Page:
This behavior works for any existing collection view that supports the two-finger selection system (first added in iOS 13); like on macOS, you can add non-contiguous items to a selection by holding ⇧ or replace selections with the ⌘ key. This selection mechanism was long overdue, and I’m happy to see consistency between Mac and iPad here.
Low power mode. At long last, Apple has brought low power mode to tablets and laptops with iPadOS 15 and macOS Monterey, respectively. There’s really nothing else to say about it: it’s the low power mode you know and (likely) use, and you can now activate it on your iPad to extend your device’s battery life. For more on low power mode, I suggest reading my original coverage from the iOS 9 review.
Customize swipe corners for Apple Pencil. In Settings ⇾ Apple Pencil, you can now choose to customize swipe actions for the left and right corners of the display. Specifically, you can enable/disable taking a screenshot by swiping with the Pencil from the left corner and invoking the Quick Note window when swiping from the right. Alas, you can’t flip the corners assigned to each feature. If you don’t care about these options, just set them to ‘Off’ in Settings and you’ll never see them again.
More RAM available to third-party apps. This isn’t a “feature” of iPadOS 15 as much as it’s an option that creates the potential for more advanced features in third-party apps in the future. Starting with iPadOS 15, developers can request an entitlement for their apps to access a higher amount of memory that exceeds “the default app memory limit on supported devices”. We heard before how advanced apps such as Procreate and LumaFusion ran into the hard 5 GB memory limit; given how the M1 iPad Pro has a whopping 16 GB of RAM, it makes sense for Apple to lift these restrictions and allow third-party apps to implement more memory-intensive features. However, it’s worth keeping in mind that this is an entitlement developers will have to request to Apple. I’m curious to see how many apps will be granted access to this and how frequently.
iPadOS 15: The Details
Let’s round up some of the hidden and interesting details in iPadOS 15:
Show the Shelf for an app inside another app. Here’s an odd Shelf technicality: because it’s only displayed in apps, you can show the Shelf for an app while using a different app by right-clicking its icon in the dock. However, this won’t work on the Home Screen, where you’ll still get the old Exposé UI with large window thumbnails.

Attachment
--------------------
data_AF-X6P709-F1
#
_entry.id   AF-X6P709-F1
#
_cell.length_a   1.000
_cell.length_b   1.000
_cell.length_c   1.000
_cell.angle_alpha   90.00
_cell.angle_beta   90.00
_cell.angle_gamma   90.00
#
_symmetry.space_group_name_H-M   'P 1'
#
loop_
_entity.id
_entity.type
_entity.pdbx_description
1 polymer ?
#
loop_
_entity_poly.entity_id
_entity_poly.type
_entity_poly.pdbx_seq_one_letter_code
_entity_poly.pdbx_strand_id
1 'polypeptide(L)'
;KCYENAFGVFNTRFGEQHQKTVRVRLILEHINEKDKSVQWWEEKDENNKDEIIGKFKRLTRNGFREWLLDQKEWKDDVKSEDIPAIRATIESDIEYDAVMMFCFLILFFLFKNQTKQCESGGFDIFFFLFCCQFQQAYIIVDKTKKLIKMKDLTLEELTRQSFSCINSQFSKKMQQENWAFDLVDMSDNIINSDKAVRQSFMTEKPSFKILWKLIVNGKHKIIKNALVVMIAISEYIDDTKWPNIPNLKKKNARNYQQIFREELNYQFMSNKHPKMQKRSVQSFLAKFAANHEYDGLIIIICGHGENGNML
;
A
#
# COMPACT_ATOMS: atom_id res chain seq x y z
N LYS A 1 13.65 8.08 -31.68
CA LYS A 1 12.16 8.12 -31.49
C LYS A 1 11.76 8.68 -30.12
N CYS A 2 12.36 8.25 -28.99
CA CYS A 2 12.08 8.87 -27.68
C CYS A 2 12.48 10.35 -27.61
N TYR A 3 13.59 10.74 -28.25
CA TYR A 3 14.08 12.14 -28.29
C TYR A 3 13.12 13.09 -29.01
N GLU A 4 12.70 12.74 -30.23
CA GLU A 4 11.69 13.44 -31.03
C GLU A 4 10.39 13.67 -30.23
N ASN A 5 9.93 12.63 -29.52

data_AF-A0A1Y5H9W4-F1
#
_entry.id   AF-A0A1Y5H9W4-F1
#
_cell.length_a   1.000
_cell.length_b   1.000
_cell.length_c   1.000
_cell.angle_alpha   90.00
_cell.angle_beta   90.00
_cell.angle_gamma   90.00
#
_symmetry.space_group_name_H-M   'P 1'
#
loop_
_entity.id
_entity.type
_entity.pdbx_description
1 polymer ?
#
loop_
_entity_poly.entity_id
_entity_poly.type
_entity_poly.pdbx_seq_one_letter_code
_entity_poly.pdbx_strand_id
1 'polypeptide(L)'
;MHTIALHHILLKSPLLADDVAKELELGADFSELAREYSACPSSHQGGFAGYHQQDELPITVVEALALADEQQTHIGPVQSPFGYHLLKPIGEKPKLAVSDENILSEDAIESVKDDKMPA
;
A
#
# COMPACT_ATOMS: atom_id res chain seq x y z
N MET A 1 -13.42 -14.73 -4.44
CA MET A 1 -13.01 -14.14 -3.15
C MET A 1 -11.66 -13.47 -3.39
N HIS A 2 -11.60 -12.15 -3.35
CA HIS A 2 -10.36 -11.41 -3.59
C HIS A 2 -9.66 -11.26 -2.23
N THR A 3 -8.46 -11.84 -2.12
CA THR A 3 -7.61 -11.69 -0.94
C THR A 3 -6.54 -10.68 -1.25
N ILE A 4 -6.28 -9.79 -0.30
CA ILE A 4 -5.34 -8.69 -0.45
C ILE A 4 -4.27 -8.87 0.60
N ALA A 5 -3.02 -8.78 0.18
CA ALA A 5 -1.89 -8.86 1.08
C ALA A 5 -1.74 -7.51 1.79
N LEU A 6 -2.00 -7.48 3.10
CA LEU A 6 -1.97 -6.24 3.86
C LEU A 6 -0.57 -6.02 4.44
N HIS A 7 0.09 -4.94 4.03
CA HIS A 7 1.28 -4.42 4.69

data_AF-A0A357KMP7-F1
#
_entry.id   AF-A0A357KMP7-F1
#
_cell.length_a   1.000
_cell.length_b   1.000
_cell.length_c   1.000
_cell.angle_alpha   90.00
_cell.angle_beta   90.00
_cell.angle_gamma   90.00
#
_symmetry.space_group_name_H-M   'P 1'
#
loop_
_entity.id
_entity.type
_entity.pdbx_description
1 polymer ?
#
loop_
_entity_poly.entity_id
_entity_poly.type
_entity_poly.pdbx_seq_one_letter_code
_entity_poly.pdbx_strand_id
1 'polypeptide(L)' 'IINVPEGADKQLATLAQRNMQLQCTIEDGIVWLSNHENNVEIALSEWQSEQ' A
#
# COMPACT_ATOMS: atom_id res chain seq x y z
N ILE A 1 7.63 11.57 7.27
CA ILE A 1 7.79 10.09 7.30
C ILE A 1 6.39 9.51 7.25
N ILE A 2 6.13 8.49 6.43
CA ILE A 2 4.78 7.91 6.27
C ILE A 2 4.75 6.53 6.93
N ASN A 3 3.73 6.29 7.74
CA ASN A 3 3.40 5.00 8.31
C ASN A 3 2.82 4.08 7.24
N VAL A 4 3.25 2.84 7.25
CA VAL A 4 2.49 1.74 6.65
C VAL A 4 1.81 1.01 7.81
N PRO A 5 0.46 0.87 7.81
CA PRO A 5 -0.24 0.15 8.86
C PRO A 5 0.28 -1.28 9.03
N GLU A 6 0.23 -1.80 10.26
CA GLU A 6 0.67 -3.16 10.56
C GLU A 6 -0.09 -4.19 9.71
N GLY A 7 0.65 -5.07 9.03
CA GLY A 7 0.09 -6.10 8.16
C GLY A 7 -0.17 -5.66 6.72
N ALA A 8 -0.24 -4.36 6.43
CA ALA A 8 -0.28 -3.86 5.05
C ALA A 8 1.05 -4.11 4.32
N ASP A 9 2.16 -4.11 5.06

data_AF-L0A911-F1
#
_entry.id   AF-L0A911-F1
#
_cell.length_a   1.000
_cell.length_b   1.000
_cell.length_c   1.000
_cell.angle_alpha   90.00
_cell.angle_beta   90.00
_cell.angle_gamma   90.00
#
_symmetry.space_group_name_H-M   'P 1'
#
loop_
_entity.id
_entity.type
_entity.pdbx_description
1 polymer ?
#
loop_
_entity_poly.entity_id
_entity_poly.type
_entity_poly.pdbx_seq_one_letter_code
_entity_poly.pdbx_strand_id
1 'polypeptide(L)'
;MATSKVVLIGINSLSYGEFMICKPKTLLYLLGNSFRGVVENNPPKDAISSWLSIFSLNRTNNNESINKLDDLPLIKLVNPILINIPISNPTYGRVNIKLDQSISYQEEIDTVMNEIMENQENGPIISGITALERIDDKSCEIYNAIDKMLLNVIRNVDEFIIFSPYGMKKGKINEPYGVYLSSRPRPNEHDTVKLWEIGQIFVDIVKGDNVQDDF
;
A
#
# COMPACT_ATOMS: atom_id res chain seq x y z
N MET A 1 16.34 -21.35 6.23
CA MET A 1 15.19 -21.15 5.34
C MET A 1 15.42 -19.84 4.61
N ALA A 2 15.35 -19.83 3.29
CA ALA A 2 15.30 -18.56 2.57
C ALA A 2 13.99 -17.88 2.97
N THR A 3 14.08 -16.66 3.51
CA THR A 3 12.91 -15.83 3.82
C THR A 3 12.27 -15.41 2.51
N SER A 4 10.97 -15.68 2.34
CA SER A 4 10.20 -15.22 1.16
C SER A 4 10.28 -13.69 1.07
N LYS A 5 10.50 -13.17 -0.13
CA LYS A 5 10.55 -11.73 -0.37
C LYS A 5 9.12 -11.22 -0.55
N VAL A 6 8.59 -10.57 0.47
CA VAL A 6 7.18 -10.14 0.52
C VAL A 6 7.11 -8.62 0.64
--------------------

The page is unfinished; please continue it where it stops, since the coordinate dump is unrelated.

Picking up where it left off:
Show the Shelf from an app’s icon in the dock. Even if the app you’re currently using doesn’t have any open windows, you can open its Shelf by clicking its icon in the dock once. This can be useful for those times when you want to create a new window but the app doesn’t have a specific UI element or keyboard shortcut to do that.
A special Shelf button in Mail. At the bottom of Mail’s sidebar on iPad, you’ll find a button that does something special I haven’t seen in any other Apple app for iPad: a Shelf button. Click it, and you’ll invoke the Shelf for Mail so you can see all the open windows you have in the app.
I don’t think there’s an official API for developers to implement the same button in their apps. Why just Mail then? Why not show the same button in, say, Notes or Reminders? The truth is out there, and I’m going to find out.
An easier way to dismiss Slide Over. New in iPadOS 15, you can now dismiss a Slide Over app by quickly swiping it up with three fingers. Doing this will instantly resize Slide Over and tuck it away in the right corner of the screen, where you’ll see a pulling indicator for a few seconds.
Hide Slide Over on the left side of the screen. Speaking of Slide Over, for the first time since its introduction, you can now hide the Slide Over window on the left side of the screen. You can do this with a combination of keyboard shortcuts: ⌘⌥← to move the Slide Over window to the left, then ⌘\ to hide it. Alternatively, you can use the three-finger gesture I mentioned above.
It appears iPadOS doesn’t fully like this method, though: when Slide Over is hidden on the left, you’ll see a permanent pull indicator pinned to the left side of the screen that reminds you Slide Over is there and never goes away.
A keyboard shortcut to invoke context menus. iPadOS 15 introduces a new keyboard shortcut to invoke context menus without a long press: ⌃Return. You can try this one by selecting a document in Files or an image in Photos and opening the context menu without touching the screen or right-clicking on the trackpad.
Display global keyboard shortcuts without holding down the Globe key. If you want to remember iPadOS 15’s new global keyboard shortcuts without having to wait an extra second by holding down the Globe key, there’s an even faster way to do it: press the new Globe + M keyboard shortcut, and the global shortcuts view will come up instantly.
Access dictation settings in the minimized keyboard shortcuts bar. If you try to dictate something on your iPad, but something isn’t right and want to tweak dictation settings, you can do so by clicking the microphone button in the minimized keyboard shortcuts bar.
Navigate inside apps with a keyboard shortcut. You can now use the ⌘[ keyboard shortcut to “pop” navigation and go back one level in an app’s hierarchy. In Files, for instance, you can use this keyboard shortcut to go back to the previous folder.